I cannot overstate it – I adore this manga. The illustrations are so lovingly detailed, and really ground you in the setting. The only thing I didn’t like about this volume were the introduction of the twins. Their comedic relief was a bit overdone for me. The leisurely pace is still a big draw for me. Even if I wish we would meander back to Amir and Karluk at some point, the journey is still worth it.
In this volume, we catch up with Mr. Smith! He is a researcher from England who was a guest in the Eihon household for a long time. He departed in Vol. 2 to continue his research about the people who live on the Silk Road. He meets a young woman named Talas at the market in the next town, where he is waiting for his guide. Their horses are stolen, and upon their recovery, she invites him to stay with her and her mother-in-law. Talas had been married previously – to every one of her mother-in-law’s sons. Her mother-in-law soon gets the idea that Talas and Mr. Smith should marry! But they don’t feel romantically towards each other – or do they?
Talas’ story reminded me of Draupadi, a character in the Indian epic Mahabharata, who married all five of the Pandava brothers. The circumstances that befall their husbands are equally tragic, though both women display a certain tenacity to weather troubled times. Mr. Smith is a great character; as he learns more about the land and people as an outsider, we do too. He acts almost as a lens! The characters in this volume are drawn tenderly, and you can’t help feeling for them. The art is so detailed, intricate, and vibrant – there is a scene where everyone is eating at the public market, and my mouth was watering from the imaginary smells!
I feel like I’ve reached a record with manga – 3 volumes in and I’m still as engaged with it as when I first started! Woo hoo! Looking forward to the next volume ❤
Things are good in the Eihon household. Amir has met a young woman named Pariya, an outspoken, accomplished baker, and the two become fast friends. Mr. Smith, a long-time guest of the household, has finally decided to move on to continue his research, resulting in a bittersweet parting. Amir and Karluk’s bond has deepened. However, Amir’s family has come to take her back. They were turned away by Karluk’s grandmother in the first volume, but they are back to take Amir by any means necessary. They insist Amir wasn’t the girl they intended to send to marry Karluk. The entire family – even the village – stands their ground to protect Amir. When it’s all over, how can Amir forgive, forget, and move on?
The first volume was mostly about Amir and Karluk’s relationship, but here we have multiple plot threads going for different characters. It added some much-needed plot and depth to the story. It’s really more of a study in the traditions and customs of the people as it is an actual story, but the leisurely pace is appealing to me at the moment. I’m happy to report the art in this volume was just as superb as the last! Looking forward to the art in the next volume too 😉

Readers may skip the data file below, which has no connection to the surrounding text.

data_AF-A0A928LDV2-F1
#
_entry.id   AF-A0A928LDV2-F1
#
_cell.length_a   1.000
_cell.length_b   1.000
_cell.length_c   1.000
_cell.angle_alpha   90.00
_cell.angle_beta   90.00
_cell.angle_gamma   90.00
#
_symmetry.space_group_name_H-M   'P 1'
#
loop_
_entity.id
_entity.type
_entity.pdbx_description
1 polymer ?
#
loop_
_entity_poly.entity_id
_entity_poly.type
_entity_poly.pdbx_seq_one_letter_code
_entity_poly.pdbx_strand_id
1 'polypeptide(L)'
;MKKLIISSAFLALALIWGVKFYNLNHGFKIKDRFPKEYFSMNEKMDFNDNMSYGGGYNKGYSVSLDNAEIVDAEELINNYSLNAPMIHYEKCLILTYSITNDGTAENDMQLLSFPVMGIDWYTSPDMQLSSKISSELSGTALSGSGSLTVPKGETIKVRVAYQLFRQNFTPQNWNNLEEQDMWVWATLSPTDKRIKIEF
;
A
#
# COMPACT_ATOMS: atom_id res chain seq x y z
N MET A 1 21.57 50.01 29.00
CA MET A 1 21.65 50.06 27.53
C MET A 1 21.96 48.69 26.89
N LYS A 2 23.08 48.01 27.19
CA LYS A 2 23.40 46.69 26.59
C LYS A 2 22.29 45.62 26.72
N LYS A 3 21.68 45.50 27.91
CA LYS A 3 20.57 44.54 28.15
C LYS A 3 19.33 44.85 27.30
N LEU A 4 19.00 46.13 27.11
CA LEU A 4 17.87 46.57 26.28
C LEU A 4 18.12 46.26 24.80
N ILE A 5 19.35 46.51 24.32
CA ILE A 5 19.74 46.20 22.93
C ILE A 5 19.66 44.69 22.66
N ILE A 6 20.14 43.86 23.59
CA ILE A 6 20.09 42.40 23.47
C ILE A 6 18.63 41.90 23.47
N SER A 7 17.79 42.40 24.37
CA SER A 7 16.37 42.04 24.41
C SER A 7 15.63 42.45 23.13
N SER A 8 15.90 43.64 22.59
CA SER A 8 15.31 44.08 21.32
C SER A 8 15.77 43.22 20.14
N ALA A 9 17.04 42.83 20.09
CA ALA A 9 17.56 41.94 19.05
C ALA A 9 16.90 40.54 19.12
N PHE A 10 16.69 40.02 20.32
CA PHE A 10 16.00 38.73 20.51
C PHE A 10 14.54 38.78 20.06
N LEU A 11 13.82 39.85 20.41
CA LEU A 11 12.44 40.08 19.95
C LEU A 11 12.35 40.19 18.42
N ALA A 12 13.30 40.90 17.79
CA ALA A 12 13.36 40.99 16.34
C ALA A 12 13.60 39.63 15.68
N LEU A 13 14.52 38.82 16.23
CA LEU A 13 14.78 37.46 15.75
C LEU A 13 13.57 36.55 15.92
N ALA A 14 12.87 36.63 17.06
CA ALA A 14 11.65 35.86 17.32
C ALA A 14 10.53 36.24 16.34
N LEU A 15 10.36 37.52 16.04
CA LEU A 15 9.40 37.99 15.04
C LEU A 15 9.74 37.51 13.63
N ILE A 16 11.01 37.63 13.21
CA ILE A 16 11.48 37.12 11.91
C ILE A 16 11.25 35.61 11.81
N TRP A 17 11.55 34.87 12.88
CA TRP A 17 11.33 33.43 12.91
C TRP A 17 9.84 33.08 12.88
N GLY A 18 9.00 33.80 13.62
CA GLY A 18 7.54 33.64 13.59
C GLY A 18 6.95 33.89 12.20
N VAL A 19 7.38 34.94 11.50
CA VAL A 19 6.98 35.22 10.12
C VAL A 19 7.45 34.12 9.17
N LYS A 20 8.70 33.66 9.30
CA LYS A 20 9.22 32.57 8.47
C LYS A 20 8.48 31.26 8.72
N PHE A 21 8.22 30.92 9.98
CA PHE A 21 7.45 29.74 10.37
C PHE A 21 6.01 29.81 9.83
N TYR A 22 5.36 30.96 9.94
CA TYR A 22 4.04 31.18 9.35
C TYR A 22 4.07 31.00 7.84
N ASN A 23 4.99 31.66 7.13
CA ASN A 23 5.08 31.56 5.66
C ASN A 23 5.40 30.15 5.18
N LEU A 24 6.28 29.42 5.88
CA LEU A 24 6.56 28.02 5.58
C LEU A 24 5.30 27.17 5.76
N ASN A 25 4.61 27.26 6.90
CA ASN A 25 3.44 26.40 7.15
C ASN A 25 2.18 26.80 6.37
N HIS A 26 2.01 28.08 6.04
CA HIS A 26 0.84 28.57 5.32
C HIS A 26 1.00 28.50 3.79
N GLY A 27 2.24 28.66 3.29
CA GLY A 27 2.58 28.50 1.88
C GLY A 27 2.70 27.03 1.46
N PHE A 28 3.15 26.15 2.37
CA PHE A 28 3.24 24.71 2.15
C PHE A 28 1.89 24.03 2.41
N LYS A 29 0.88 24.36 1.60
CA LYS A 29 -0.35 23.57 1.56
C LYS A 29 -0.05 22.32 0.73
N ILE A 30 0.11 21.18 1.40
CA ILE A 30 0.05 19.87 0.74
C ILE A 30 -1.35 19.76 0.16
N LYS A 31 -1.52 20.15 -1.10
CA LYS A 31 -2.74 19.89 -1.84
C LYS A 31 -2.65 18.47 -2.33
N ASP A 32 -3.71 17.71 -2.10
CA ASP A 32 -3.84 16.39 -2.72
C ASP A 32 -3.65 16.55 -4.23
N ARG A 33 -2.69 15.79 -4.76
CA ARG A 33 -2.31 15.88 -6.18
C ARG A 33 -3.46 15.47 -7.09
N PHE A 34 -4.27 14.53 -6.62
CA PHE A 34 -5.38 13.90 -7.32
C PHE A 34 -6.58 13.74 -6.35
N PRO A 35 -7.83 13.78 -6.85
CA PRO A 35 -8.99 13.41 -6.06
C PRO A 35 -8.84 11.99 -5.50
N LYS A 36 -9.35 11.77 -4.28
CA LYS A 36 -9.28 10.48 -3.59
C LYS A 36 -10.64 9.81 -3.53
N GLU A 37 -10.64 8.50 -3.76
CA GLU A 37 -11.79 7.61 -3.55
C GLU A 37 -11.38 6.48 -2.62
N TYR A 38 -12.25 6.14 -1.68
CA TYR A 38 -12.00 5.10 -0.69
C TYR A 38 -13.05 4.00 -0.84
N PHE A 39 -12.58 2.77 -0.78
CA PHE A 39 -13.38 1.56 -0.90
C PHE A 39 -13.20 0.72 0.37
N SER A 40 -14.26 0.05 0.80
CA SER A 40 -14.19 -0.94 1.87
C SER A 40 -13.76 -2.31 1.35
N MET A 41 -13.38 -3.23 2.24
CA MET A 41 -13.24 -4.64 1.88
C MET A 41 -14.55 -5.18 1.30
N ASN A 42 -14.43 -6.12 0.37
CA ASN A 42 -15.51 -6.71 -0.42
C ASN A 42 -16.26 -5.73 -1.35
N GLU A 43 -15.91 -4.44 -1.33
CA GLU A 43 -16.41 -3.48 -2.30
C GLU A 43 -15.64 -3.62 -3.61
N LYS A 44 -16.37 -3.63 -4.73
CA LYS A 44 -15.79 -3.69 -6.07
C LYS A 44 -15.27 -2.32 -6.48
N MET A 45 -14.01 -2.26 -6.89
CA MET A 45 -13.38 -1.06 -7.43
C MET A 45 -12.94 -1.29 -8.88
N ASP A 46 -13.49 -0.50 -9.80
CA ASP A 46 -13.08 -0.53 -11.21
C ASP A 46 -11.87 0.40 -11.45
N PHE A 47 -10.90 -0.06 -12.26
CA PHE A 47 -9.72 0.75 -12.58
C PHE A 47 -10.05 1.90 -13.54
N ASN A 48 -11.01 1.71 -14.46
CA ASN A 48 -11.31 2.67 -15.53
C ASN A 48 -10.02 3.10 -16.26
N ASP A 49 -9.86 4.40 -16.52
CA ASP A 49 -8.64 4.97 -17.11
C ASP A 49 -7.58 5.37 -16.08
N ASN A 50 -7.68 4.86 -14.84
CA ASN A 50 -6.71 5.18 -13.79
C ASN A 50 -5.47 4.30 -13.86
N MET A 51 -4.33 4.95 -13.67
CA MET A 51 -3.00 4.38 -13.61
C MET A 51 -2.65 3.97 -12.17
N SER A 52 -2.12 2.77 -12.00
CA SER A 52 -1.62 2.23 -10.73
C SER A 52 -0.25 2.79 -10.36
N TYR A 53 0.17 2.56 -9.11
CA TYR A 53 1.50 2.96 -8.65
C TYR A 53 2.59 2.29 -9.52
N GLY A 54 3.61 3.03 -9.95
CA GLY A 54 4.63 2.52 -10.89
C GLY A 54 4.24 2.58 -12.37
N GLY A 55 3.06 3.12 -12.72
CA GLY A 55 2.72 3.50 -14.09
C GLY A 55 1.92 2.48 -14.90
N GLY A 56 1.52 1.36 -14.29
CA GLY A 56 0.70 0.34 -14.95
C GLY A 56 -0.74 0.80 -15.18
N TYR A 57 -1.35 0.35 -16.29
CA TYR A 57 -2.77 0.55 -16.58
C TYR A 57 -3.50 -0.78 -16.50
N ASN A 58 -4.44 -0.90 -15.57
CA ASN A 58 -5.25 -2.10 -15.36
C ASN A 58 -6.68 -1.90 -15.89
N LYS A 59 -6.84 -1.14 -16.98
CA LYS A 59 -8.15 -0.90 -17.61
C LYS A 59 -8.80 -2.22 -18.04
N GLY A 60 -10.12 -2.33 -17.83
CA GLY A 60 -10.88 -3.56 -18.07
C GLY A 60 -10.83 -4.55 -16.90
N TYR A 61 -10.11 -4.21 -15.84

I mentioned in a previous post that I’m not really a fan of manga – mostly because I can’t finish a manga to save my life! But I think I may have finally found one here 😉
Amir is a young woman who has been sent to marry her betrothed and live with his family. She’s in for a surprise – Karluk, the young man, is eight years younger than she is! Amir cheerfully takes it in stride. Life in nineteenth century Asia isn’t easy, but the family gets by. They have strong bonds with one another, and Amir is quickly accepted and loved by the Eihon family as if she was one of their own. For twelve-year-old Karluk, it’s a little strange to be married to a woman who’s twenty, but Amir is optimistic, kind, and knows how to hunt and ride horseback. Their bond is something like brother and sister, but could it go deeper? However, Amir’s family wants to take her back… they say that Amir wasn’t the one they meant to send! How can the Eihon family possibly give up one of their own?
Atmosphere is the name of the game with this manga. The art is simply stunning. The amount of detail in the clothing, rugs, and landscapes is overwhelming – in the best way! I found myself stopping and lingering over one page for minutes at a time, multiple times. You’re transported to central Asia in the nineteenth century with ease. Just look at this panel of Amir and Karluk sitting together!
Isn’t it beautiful? ❤
There are a few family members who make appearances, but there is thankfully a family tree in the back in case you get confused. All the characters, Amir most of all, are charming and absolutely lovable. I’d keep coming back for the art alone, but the characters sealed the deal for me. I can’t remember the last time I said this for a manga, but I am so looking forward to the next volume!!!